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A Little Tour in France is a book of travel writing by American writer Henry James. Originally published under the title En Province in 1883-1884 as a serial in The Atlantic Monthly, the book recounts a six-week tour James made of many provincial towns in France, including Tours, Bourges, Nantes, Toulouse, Arles and several others. The first book publication was in 1884. A second, extensively revised edition was published in 1900.
James gives the idea for the book in the first paragraph of the first installment of the original magazine serial: "France may be Paris, but Paris is not France." He conceived the book as a description of and even homage to the provinces. James had tried living in Paris before settling in London in 1876. He returned to France in 1882 to discover more of French provincial life than he had previously been able to see.
James began his tour in Touraine, then journeyed southwest through Provence, and then north along the flooding Rh ne River to Burgundy. The resulting book was a pleasant mix of art and architecture criticism, references to classic literature as well as guide-books and pamphlets, sharp observation of people and places, and knowledgeable discussion of French history and culture - all communicated in an easygoing, urbane, witty style.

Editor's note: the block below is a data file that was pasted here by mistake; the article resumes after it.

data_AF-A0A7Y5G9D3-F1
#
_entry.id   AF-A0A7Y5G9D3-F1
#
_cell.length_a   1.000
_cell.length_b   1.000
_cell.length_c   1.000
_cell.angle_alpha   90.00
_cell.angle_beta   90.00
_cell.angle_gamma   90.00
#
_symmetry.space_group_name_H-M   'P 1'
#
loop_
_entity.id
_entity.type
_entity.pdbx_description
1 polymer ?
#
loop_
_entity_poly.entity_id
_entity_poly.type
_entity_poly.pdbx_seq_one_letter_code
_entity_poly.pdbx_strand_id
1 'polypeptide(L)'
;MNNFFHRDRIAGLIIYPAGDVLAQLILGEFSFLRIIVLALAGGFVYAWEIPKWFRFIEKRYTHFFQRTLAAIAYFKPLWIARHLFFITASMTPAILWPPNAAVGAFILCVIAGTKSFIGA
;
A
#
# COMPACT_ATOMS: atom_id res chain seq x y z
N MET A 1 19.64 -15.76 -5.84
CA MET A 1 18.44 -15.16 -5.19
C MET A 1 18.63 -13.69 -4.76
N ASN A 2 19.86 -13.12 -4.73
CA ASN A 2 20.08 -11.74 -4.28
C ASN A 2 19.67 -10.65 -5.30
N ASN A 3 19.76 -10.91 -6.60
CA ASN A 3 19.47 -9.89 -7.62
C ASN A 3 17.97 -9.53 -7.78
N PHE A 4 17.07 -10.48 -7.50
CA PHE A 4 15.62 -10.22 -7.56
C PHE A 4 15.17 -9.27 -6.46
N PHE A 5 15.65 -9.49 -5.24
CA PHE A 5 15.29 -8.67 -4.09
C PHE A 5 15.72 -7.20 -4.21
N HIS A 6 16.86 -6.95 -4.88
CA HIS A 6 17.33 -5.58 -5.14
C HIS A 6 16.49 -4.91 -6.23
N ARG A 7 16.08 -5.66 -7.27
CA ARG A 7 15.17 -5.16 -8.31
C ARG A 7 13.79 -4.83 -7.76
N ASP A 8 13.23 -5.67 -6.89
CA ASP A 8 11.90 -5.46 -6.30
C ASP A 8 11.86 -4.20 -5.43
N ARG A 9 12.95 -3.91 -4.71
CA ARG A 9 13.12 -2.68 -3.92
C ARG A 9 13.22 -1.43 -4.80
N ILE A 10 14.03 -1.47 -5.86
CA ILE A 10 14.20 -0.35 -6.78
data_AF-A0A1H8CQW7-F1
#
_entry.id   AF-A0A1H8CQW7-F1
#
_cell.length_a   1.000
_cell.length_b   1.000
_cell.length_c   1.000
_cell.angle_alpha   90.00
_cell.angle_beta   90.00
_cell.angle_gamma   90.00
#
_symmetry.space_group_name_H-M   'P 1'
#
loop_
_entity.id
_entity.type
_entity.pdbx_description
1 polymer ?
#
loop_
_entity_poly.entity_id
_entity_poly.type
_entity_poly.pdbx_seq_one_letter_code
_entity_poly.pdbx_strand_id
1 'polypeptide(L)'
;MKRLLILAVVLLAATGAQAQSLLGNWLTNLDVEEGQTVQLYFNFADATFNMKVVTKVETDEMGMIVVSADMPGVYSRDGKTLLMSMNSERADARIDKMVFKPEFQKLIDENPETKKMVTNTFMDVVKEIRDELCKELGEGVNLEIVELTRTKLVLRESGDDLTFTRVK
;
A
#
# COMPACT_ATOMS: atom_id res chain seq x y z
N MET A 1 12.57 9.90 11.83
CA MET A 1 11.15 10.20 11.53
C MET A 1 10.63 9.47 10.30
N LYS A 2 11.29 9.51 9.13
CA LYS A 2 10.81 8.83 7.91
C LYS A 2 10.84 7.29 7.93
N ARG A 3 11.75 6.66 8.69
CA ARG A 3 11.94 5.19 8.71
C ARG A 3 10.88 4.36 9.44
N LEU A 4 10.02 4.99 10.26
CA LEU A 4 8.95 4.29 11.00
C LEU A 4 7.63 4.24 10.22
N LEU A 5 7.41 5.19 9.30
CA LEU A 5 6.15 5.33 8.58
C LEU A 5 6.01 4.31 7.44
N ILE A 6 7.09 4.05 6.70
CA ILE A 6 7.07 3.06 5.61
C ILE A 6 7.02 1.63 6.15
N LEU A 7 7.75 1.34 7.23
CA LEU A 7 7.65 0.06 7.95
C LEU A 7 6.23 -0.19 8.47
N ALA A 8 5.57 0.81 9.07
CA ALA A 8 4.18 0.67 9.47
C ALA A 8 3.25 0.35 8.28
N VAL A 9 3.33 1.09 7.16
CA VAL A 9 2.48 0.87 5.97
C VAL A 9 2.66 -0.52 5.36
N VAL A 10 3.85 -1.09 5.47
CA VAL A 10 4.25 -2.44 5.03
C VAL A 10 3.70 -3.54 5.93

James could never resist the piquant detail, like the chatty nun who guided him through Marmoutier Abbey or the tough soldiers quartered in the dismal old papal residence at Avignon. He was particularly interested in ancient cathedrals and castles, the less restored the better, though he hardly neglects present-day realities of shabby inns, talkative diners, uncomfortable train rides, and dreary museums. There's little attempt at generalization or abstract theorizing. James is usually content to describe what he saw as accurately as possible. He wrote in a letter of November 12, 1882, to Isabella Gardner: "I have seen more of France than I had ever seen before, and on the whole liked it better."
Picture and Text is a collection of essays by Henry James on the art of illustration, published in 1893. The essays are brief profiles of the principal illustrators for Harper and Brothers books and magazines, and has been remembered for extensive and perceptive essays on John Singer Sargent and Honor Daumier. Included with the essays on black-and-white illustration of texts is a discussion in dialogue form about the similar relation between scenery and play in the theater.